Ward 8 (South Minneapolis)
Ward 8 incumbent Andrea Jenkins voted to advance the rent control debate despite her own personal misgivings about such a policy. In her responses to the MinnPost questionnaire, Jenkins said she would have preferred a compromise policy that limited “price gouging” — but has signaled in interviews that she personally does not support a stricter rent control policy.
Jenkins’ highest-profile challenger, Soren Stevenson, does support a 3% cap. “Rent stabilization is an important component of a suite of housing policies we need to protect families, the elderly, and other vulnerable communities’ right to safe and stable housing,” he wrote in his response to MinnPost.
Another Ward 8 candidate, Terry White, preferred implementing a “progressive tax system” that he argued would avoid problems associated with a “fixed cap” on rent increases.
Ward 5 (Near North Minneapolis)
Ward 5 incumbent Jeremiah Ellison voted to advance the proposal for a strict 3% cap that ultimately failed this spring: “Minneapolis needs a strong rent control policy that covers all renters, is free from corporate loopholes and is adjusted accurately to the cost of living,” Ellison said in his questionnaire response.
One of Ellison’s challengers, Phillip Peterson, said efforts should be made to limit increases even further.
Ellison’s best-funded opponent, Victor Martinez, argued against a strict 3% cap in his response to MinnPost. “There is no proof that it works, but there is proof that it hurts the creation of more housing units,” responded Martinez.
Below, we’ve summarized where candidates who responded to MinnPost’s candidate survey stand on the rent control question.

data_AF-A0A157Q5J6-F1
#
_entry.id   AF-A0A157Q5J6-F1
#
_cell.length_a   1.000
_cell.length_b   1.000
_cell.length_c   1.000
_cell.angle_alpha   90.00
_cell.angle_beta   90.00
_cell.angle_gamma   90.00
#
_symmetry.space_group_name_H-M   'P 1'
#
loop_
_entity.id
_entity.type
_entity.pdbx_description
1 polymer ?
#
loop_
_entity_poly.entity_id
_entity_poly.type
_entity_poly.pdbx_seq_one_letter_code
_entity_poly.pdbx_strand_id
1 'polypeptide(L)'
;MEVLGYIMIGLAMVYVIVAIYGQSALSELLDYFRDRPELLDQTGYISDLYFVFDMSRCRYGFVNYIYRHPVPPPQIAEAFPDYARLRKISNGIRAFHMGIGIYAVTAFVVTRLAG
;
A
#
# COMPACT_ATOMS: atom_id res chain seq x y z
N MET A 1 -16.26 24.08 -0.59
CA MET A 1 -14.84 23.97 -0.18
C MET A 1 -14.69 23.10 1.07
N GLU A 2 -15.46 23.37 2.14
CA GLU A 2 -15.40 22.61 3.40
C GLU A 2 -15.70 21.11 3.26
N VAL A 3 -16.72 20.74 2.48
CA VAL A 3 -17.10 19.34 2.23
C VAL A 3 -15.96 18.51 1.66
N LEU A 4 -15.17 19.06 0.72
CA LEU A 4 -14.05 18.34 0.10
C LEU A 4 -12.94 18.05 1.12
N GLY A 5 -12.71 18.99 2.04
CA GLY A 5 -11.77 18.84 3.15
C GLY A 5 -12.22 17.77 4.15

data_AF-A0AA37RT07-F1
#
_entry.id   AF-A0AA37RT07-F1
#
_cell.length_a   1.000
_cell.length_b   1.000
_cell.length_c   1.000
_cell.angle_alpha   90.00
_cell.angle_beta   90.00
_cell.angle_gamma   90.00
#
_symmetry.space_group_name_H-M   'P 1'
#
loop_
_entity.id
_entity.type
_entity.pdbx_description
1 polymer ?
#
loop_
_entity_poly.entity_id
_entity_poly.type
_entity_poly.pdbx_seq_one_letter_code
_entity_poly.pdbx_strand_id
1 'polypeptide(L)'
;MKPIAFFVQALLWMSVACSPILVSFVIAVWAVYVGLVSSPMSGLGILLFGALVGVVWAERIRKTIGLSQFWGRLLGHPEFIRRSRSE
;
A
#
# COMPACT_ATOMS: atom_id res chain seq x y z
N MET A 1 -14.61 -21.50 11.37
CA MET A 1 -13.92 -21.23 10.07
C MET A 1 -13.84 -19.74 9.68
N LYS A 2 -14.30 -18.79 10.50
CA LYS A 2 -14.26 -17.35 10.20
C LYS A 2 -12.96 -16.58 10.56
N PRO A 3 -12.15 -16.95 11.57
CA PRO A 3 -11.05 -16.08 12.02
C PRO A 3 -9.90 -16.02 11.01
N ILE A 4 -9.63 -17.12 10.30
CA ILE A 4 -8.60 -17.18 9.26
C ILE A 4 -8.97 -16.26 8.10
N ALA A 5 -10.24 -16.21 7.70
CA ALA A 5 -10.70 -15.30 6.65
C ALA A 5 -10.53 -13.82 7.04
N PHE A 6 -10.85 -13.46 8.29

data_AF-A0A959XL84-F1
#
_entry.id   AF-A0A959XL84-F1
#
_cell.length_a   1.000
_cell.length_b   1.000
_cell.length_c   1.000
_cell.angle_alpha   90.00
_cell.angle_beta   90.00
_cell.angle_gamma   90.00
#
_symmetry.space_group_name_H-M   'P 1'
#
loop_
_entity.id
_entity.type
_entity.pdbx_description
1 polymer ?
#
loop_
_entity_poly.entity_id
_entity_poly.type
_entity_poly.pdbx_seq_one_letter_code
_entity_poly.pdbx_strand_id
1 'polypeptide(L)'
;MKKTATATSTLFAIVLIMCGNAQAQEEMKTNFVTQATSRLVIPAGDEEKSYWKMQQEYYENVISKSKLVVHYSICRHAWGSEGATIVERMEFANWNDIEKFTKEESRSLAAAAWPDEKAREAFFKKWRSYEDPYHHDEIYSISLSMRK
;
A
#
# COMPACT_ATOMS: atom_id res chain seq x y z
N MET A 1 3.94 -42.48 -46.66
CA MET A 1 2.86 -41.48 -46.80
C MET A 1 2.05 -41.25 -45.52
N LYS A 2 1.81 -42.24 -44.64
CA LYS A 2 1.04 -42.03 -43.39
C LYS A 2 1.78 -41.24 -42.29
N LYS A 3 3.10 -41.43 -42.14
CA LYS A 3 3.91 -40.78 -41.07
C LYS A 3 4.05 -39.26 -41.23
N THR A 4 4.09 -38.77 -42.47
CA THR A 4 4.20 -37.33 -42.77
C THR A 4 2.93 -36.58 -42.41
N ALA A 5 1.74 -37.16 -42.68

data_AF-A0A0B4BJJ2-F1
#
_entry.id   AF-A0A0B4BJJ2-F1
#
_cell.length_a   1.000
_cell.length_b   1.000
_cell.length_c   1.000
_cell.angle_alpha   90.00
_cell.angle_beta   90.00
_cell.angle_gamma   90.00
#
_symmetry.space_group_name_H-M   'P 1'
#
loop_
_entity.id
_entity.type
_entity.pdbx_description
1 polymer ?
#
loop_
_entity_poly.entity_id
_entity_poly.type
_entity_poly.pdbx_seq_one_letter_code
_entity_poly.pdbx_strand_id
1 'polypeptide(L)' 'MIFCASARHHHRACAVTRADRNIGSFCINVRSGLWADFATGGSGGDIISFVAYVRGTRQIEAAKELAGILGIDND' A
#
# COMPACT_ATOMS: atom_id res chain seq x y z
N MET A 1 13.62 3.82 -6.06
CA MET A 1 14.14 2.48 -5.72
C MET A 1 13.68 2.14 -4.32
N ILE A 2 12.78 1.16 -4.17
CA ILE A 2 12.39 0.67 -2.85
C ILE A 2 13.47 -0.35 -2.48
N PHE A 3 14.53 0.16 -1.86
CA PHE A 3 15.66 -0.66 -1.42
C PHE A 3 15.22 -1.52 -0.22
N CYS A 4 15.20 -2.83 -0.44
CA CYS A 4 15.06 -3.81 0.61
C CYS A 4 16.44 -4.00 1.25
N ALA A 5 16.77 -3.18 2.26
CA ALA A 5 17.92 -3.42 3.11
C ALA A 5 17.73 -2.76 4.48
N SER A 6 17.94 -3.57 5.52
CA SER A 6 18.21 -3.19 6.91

To see where this year’s city council candidates in both St. Paul and Minneapolis stand on a wide range of hot topics, check out MinnPost’s “Who’s running?” guide.
Should Minneapolis enact a rent stabilization ordinance with a 3% cap on annual rent increases? Why or why not?
- Elliott Payne (incumbent): “Yes, Minneapolis should implement a rent stabilization policy.”
- Edwin Fruit: “The housing crisis is a permanent feature of workers’ lives under capitalism.”
- Robin Wonsley (incumbent): Yes, supports 3% cap
- Michael Rainville (incumbent): No. “Our city does not want to stop housing production.”
- Marcus Mills: Yes, supports 3% cap “in accordance with Framework 5.”
- LaTrisha Vetaw (incumbent): No
- Leslie Davis: Yes, supports 3% cap
- Angela Williams: Supports capping rent increases for landlords with a history of code violations
- Jamal Osman (incumbent): Yes, supports 3% cap
- Guy T. Gaskin: No
- Tiger Worku: Yes, supports 3% cap
- Kayseh Magan: Yes, “I support a rent stabilization ordinance that provides an exception for newly constructed units.”
- Dan Orban: No
- Aisha Chughtai (incumbent): Yes, supports 3% cap
- Bruce Dachis: No
- Greg Kline: No
- Gabrielle Prosser: “The housing crisis is a permanent feature of workers’ lives under capitalism.” (Identical to Ward 1 candidate Edwin Fruit’s response)
- Kate Mortenson: No
- Zach Metzger: “I am for rent control”